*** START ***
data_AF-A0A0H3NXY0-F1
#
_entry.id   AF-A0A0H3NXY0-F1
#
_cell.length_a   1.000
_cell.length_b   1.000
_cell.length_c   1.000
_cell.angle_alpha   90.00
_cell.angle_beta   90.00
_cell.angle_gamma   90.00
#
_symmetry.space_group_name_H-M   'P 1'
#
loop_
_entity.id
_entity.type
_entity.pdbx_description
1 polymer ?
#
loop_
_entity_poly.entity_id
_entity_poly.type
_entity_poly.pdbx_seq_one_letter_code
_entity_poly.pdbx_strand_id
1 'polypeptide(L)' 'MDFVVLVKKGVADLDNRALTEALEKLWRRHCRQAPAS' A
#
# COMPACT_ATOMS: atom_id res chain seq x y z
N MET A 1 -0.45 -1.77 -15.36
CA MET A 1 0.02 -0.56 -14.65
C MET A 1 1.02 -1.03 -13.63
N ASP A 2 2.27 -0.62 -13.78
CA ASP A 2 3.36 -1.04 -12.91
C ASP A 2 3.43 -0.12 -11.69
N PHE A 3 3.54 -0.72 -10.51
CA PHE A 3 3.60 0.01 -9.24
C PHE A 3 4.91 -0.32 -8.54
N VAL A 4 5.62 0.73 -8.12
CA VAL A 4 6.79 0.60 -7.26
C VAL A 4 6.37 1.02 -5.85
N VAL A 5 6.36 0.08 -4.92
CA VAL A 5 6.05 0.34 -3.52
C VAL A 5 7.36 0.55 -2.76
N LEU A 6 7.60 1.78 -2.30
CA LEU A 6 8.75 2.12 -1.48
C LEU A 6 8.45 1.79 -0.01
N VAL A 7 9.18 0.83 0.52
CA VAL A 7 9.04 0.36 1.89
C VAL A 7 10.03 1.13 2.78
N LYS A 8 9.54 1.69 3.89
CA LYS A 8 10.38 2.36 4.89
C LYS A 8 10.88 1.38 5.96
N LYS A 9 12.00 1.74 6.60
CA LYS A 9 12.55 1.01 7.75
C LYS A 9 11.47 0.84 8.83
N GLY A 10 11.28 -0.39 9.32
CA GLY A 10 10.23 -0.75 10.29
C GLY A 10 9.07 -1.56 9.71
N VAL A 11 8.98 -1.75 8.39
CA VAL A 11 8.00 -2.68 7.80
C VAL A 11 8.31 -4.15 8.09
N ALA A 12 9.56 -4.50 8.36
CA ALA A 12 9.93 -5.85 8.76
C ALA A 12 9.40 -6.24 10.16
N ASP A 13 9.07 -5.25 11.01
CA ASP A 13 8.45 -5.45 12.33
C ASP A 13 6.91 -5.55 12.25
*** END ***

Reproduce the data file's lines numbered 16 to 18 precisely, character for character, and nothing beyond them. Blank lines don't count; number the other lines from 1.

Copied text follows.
_entity.type
_entity.pdbx_description
1 polymer ?